Fresh evidence injected into 60-year-old Scots murder mystery


By Oliver Farrimond

A MYSTERY murder that has been unsolved for more than 60 years is to be re-opened after a retired Scots detective named the suspected killer.

Mary “Molly” Terris was brutally murdered at Roughcastle mine in Tamfourhill, Falkirk, in 1949 and now cops are chasing a new lead after fresh evidence from a former Detective Inspector.

The ex-CID officer, who wishes to remain anonymous, has named dangerous career criminal Charles Tallis as the man responsible for the 31-year-old wage clerk’s death.

He believes that Tallis’ murder confession to fellow Peterhead prison inmate Peter Manuel just months after Molly’s death led the two to embark on a brutal crime spree culminating in the murder of the Watt family in 1956.

He said: “Despite an extensive police inquiry at the time of Molly Terris’ murder, no strong suspects were identified, no direct positive lines of inquiry were raised and the trail went cold.

“Papers relating to the inquiry were placed in storage where they remained untouched until now.

“After seven months of investigative work I believe I have uncovered several compelling circumstantial factors linking Tallis to the murder.

“Charles Tallis died in 1977 aged 65 but hopefully, in light of my report, a member of the public reading this will remember some information or a pub conversation they had with him that would assist the police in this case.”

One of the main pointers to Tallis is the fact that he used to work in a mine before his criminal career began, and would have been able to use this knowledge to gain access and break into the office safe after murdering Terris.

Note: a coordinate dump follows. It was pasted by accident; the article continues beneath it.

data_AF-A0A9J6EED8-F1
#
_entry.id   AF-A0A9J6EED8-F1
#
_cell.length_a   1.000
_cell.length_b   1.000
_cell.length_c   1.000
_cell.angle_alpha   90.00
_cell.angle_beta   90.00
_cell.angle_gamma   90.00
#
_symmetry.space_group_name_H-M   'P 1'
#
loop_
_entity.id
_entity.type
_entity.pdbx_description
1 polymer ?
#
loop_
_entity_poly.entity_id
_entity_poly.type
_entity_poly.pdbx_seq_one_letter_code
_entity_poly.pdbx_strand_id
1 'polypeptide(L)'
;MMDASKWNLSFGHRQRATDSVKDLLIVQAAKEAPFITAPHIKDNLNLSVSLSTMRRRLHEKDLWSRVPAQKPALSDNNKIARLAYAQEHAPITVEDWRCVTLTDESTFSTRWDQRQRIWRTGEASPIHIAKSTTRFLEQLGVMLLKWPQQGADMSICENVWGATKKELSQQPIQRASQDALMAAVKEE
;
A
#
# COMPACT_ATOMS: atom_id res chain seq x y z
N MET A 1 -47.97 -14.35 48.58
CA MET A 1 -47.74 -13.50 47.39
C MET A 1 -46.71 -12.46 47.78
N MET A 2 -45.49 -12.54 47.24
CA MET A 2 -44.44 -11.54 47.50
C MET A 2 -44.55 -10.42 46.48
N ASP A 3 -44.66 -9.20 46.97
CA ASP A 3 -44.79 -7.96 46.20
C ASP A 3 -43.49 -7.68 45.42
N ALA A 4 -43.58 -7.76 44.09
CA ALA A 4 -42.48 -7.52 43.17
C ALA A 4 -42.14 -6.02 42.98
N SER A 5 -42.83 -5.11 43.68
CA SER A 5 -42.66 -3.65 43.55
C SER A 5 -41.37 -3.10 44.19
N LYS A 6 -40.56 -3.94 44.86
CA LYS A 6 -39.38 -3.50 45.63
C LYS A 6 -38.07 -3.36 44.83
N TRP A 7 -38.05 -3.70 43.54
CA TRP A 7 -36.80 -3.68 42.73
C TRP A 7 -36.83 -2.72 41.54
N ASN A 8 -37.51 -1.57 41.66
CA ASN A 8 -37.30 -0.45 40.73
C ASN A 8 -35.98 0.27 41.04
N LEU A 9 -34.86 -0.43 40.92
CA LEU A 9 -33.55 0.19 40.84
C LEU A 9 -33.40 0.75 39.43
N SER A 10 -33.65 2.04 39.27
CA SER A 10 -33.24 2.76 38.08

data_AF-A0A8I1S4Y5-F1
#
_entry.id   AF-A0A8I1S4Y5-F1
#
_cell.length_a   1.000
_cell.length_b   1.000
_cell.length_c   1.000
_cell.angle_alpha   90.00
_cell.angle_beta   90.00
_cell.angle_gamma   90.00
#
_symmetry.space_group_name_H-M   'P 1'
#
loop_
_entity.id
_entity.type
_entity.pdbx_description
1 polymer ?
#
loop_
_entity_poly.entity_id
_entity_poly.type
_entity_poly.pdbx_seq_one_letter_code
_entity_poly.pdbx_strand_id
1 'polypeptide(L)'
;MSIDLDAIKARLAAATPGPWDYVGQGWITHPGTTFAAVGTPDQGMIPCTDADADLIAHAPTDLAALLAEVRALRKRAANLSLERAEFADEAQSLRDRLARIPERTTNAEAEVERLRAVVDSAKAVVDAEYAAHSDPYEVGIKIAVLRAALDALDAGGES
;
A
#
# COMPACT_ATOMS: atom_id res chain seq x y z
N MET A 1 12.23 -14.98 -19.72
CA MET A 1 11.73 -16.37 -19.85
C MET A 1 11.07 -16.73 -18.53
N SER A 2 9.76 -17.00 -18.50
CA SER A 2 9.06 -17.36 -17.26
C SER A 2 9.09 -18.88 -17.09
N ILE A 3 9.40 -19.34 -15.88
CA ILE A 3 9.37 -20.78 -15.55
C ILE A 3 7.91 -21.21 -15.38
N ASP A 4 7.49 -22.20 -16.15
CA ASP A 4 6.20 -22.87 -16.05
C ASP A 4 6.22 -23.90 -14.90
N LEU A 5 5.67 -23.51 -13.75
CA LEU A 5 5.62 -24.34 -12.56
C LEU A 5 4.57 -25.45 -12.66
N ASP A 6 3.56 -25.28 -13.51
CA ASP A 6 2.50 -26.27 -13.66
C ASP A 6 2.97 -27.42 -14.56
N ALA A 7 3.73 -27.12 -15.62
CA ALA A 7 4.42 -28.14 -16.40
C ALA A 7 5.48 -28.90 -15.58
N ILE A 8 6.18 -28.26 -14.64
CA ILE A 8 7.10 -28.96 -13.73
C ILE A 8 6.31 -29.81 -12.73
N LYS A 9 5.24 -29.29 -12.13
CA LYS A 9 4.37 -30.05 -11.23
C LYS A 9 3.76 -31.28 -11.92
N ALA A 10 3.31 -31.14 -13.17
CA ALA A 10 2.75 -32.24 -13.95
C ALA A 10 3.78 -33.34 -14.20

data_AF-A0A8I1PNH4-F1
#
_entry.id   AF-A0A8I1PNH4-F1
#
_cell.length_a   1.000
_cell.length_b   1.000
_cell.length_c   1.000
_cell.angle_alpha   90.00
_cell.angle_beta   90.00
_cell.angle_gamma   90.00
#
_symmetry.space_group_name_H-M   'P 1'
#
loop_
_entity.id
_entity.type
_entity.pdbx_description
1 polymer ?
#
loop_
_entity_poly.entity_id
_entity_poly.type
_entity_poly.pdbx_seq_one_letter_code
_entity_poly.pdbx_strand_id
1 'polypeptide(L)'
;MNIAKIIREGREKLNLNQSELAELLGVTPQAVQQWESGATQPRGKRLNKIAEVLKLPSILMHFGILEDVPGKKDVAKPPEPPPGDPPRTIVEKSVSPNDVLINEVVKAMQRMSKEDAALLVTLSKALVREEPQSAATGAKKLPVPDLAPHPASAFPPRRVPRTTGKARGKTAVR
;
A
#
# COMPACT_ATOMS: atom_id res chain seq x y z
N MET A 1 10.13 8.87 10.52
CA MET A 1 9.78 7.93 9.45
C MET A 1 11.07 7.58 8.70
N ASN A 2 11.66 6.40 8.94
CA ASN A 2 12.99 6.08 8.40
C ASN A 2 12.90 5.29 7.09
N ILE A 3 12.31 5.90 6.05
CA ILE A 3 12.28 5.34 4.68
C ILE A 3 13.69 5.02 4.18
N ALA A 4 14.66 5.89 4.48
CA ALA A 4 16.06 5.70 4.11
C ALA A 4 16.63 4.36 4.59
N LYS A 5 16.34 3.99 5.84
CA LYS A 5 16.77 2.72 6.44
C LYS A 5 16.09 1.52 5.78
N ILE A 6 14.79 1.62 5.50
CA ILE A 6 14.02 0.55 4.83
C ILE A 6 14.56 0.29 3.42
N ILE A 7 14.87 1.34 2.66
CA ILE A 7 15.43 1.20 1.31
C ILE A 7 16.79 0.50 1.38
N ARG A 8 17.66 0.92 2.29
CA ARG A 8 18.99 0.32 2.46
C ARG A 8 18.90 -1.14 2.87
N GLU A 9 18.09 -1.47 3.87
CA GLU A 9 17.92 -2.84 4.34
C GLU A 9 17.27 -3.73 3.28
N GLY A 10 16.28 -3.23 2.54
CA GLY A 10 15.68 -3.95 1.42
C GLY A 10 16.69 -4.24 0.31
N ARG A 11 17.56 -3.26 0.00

Molly Terris was murdered on Friday October 14 in 1949 during her lunch break at Roughcastle Brickworks after making up workers’ pay packets that morning.

She was found on the floor of the office by mine director James Howie, and was taken to Falkirk and District Royal Infirmary where she succumbed to her injuries.

However despite an extensive investigation and the discovery of an iron bar, suspected to be the murder weapon, in a field a few days later, the killer was never traced.

Officers from Central Scotland police confirmed that they had read their former colleague’s report and that they had met with him last week.

A Central Scotland Police spokeswoman said: “We would be interested in any information that resulted in the person or persons responsible for the death of Molly Terris in 1949 being traced.

“We are considering information which has been collated by a former officer of Central Scotland Police.”